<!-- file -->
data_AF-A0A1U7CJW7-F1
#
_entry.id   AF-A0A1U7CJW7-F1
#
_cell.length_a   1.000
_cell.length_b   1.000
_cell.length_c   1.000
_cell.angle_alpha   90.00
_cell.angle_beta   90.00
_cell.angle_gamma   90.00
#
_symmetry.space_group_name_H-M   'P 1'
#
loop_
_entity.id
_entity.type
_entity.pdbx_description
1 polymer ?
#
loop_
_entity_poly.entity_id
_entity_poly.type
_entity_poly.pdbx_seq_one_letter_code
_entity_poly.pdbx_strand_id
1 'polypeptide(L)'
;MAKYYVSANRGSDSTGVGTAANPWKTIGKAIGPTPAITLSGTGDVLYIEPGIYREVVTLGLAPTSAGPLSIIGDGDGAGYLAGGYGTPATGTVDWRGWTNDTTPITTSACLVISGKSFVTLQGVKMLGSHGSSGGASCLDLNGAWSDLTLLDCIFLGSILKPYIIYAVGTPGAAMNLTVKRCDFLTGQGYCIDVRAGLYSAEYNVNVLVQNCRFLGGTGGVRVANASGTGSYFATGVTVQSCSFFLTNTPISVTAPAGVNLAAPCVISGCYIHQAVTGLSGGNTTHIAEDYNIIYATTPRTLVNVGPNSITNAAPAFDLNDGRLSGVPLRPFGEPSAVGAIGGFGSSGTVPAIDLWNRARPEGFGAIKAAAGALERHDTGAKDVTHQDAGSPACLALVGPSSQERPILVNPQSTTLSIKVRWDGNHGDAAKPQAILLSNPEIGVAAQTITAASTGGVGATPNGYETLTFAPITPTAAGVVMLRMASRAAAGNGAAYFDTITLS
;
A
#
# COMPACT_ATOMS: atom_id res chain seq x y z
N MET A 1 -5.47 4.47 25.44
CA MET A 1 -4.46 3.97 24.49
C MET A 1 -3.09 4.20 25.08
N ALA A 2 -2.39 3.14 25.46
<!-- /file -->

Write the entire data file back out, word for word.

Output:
data_AF-A0A1U7CJW7-F1
#
_entry.id   AF-A0A1U7CJW7-F1
#
_cell.length_a   1.000
_cell.length_b   1.000
_cell.length_c   1.000
_cell.angle_alpha   90.00
_cell.angle_beta   90.00
_cell.angle_gamma   90.00
#
_symmetry.space_group_name_H-M   'P 1'
#
loop_
_entity.id
_entity.type
_entity.pdbx_description
1 polymer ?
#
loop_
_entity_poly.entity_id
_entity_poly.type
_entity_poly.pdbx_seq_one_letter_code
_entity_poly.pdbx_strand_id
1 'polypeptide(L)'
;MAKYYVSANRGSDSTGVGTAANPWKTIGKAIGPTPAITLSGTGDVLYIEPGIYREVVTLGLAPTSAGPLSIIGDGDGAGYLAGGYGTPATGTVDWRGWTNDTTPITTSACLVISGKSFVTLQGVKMLGSHGSSGGASCLDLNGAWSDLTLLDCIFLGSILKPYIIYAVGTPGAAMNLTVKRCDFLTGQGYCIDVRAGLYSAEYNVNVLVQNCRFLGGTGGVRVANASGTGSYFATGVTVQSCSFFLTNTPISVTAPAGVNLAAPCVISGCYIHQAVTGLSGGNTTHIAEDYNIIYATTPRTLVNVGPNSITNAAPAFDLNDGRLSGVPLRPFGEPSAVGAIGGFGSSGTVPAIDLWNRARPEGFGAIKAAAGALERHDTGAKDVTHQDAGSPACLALVGPSSQERPILVNPQSTTLSIKVRWDGNHGDAAKPQAILLSNPEIGVAAQTITAASTGGVGATPNGYETLTFAPITPTAAGVVMLRMASRAAAGNGAAYFDTITLS
;
A
#
# COMPACT_ATOMS: atom_id res chain seq x y z
N MET A 1 -5.47 4.47 25.44
CA MET A 1 -4.46 3.97 24.49
C MET A 1 -3.09 4.20 25.08
N ALA A 2 -2.39 3.14 25.46